Federation Cup champions Bashundhara Kings and former league champions Dhaka Abahani Limited maintained their winning streak in the 13-team Bangladesh Premier League (BPL) Football beating their rivals at different venues on Saturday.
With the day's feat, star-studded Bashundhara and six times league champions Abahani shared the top slot jointly in the league table securing nine points from straight three matches.
At the Shaheed Dhirendranath Dutta Stadium in Cumilla, Bashundhara Kings earned a narrow 1-0 victory over all-losers Brothers Union Club despite dominating the match all through at their home venue.
BFF president Kazi Mohammad Salahuddin and Vice President Ataur Rahman Bhuiyan Manik witnessed the day's match in Cumilla and were introduced to players of both teams before the match.
Brazilian winger Robson Da Silva Robinho, who scored twice in Kings’ 2-1 victory over Police FC in the last match, again came to the rescue scoring the winning goal in the 63rd minute with a powerful right footer, off a Ibrahim cross.
In the day's other match, Dhaka Abahani Ltd also managed a face-saving 1-0 victory over Rahmatganj MFS at the Bangabandhu National Stadium in Dhaka.
After a barren first half, local forward Jewel Rana scored the match-decider for popular sky-blue Dhanmondi outfit in the 79th minute, utilising a pass of Afghan medio Masih Saighani.
The International Olympic Committee (IOC) and Japan reiterated on Friday their commitment to hosting the Tokyo Olympics this year and denied a report of a possible cancellation.
"Some news reports circulating today are claiming that the Government of Japan has privately concluded that the Tokyo Olympics will have to be cancelled because of the coronavirus. This is categorically untrue," said the Japanese government in the statement.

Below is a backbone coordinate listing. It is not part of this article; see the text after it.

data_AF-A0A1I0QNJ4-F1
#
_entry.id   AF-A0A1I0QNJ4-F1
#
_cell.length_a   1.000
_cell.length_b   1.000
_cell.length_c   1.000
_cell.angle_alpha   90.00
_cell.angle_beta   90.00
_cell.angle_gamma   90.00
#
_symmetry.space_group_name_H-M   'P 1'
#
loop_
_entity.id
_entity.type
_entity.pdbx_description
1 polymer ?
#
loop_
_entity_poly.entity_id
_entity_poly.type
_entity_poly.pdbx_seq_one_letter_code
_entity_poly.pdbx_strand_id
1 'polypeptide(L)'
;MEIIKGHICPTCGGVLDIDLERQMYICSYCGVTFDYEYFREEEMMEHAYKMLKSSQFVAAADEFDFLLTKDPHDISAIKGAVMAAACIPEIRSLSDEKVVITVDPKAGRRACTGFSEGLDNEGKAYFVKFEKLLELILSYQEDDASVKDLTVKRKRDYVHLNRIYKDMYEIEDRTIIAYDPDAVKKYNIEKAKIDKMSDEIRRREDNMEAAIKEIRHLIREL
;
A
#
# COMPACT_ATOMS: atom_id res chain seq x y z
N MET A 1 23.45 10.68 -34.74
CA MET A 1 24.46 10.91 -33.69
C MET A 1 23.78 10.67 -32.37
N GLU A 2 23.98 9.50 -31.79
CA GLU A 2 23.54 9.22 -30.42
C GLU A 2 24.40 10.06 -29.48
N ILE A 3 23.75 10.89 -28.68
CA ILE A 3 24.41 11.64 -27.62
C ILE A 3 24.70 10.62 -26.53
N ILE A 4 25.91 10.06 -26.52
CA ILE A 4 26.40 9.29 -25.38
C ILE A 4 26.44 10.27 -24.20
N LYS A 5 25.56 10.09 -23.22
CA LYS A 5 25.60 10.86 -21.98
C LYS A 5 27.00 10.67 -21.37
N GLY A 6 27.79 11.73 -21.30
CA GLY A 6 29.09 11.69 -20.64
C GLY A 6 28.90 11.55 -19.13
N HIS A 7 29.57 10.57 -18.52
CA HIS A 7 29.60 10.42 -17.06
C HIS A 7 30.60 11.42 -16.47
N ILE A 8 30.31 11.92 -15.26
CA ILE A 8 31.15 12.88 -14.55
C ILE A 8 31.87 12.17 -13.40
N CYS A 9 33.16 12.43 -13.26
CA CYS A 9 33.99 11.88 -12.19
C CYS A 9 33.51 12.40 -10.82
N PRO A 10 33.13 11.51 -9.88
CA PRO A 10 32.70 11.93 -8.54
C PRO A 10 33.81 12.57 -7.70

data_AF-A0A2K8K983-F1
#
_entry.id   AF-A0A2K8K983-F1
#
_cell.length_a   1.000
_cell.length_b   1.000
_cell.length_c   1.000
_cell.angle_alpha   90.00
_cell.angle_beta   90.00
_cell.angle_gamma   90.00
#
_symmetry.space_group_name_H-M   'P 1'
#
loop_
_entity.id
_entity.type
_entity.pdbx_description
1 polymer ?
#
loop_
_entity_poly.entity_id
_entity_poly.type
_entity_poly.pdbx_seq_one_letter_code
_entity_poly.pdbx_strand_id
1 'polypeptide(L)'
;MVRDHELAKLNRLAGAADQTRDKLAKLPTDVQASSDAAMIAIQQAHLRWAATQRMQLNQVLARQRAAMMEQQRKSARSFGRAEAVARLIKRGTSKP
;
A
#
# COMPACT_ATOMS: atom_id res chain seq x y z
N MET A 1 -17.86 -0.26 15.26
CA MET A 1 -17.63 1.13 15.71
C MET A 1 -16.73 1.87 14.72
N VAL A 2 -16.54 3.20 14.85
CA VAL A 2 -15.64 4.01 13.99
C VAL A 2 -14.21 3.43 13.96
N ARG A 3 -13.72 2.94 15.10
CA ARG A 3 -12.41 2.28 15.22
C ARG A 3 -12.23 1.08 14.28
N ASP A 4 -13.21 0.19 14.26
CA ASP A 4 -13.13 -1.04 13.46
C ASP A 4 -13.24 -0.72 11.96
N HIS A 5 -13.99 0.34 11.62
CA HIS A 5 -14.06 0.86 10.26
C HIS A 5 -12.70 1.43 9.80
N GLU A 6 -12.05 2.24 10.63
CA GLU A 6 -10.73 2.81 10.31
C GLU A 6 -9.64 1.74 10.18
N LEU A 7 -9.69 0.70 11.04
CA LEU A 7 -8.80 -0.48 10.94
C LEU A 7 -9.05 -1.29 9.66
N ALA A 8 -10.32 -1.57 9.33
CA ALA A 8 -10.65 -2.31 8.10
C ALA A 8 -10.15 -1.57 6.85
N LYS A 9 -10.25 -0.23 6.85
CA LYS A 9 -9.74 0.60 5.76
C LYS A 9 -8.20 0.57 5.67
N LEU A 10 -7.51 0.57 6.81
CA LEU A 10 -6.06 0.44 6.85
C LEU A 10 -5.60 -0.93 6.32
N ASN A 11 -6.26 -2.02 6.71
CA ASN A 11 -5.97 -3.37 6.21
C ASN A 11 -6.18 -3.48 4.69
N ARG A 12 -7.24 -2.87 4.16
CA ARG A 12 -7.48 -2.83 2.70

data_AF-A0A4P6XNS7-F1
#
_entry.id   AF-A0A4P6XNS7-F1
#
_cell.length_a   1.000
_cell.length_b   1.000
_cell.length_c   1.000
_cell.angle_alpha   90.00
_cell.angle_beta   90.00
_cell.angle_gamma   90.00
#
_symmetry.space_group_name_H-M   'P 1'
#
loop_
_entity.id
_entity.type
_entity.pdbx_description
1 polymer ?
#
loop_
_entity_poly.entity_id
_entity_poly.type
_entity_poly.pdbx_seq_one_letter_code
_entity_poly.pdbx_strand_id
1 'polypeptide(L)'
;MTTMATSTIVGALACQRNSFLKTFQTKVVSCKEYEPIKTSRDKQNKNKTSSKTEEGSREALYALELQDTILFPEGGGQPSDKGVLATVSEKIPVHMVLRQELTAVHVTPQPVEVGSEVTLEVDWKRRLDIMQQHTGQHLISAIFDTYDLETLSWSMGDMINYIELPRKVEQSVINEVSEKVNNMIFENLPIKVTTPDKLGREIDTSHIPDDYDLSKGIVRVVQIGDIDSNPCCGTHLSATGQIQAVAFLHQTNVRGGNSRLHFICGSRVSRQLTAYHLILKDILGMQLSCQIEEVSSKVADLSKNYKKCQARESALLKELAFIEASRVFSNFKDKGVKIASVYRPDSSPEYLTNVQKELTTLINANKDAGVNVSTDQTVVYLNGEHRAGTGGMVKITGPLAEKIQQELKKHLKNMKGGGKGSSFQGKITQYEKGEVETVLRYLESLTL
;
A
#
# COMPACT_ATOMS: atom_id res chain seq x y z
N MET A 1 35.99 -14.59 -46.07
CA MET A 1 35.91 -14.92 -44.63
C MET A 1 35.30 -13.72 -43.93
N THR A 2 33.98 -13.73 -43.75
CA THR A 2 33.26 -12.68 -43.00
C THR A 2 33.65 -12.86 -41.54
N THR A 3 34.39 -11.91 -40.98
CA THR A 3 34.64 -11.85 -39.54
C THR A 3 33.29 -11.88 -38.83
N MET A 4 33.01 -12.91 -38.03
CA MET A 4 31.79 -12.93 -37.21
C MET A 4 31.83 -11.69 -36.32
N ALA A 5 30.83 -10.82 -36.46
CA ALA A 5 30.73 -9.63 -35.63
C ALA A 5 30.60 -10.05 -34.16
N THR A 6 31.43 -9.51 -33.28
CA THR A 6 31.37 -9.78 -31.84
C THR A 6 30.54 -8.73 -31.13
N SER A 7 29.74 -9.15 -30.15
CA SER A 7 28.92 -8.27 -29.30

"At an IOC Executive Board meeting in July last year, it was agreed that the Opening Ceremony of the Olympic Games Tokyo 2020 would be held on July 23 this year, and the program and venues for the Games were rescheduled accordingly. All parties involved are working together to prepare for a successful Games this summer.
"We will be implementing all possible countermeasures against COVID-19 and will continue to work closely with the IOC, the Tokyo 2020 Organizing Committee and the Tokyo Metropolitan Government in our preparations for holding a safe and secure Games this summer."
The IOC said "together with its Japanese partners and friends, the IOC is fully concentrated on and committed to the successful delivery of the Olympic and Paralympic Games Tokyo 2020 this year."
Manchester City forward Kun Aguero has tested positive for COVID-19, revealed the Argentine on Thursday.
Aguero, 32, has made only five appearances this season so far after coming back from a left knee injury sustained in June last year.
"After a close contact, I've been self-isolating and the latest test I took was positive for COVID-19," tweeted the prolific forward. "I had some symptoms and I'm following doctor's orders for recovery. Take care, everyone!"
Manchester City is currently second in the Premier League, two points behind Manchester United but with a game in hand. They will visit West Bromwich Albion next Tuesday.
Bayern Munich remains in turmoil due to internal disagreements about which players to sign and sell.
Everybody is concerned that the current squad might not be capable of successfully defending this season's Champions League and national league titles.
But disunity about the measures to restructure the size of the squad is causing tension ahead of the league encounter against bottom side Schalke 04 this Sunday.
Coach Hansi Flick is demanding a top-class replacement for David Alaba and seems unhappy about the back-ups bought by sporting director Hasan Salihamidzic.
Alaba is said to be leaving at the end of this season. Real is reportedly the Austrian's destination.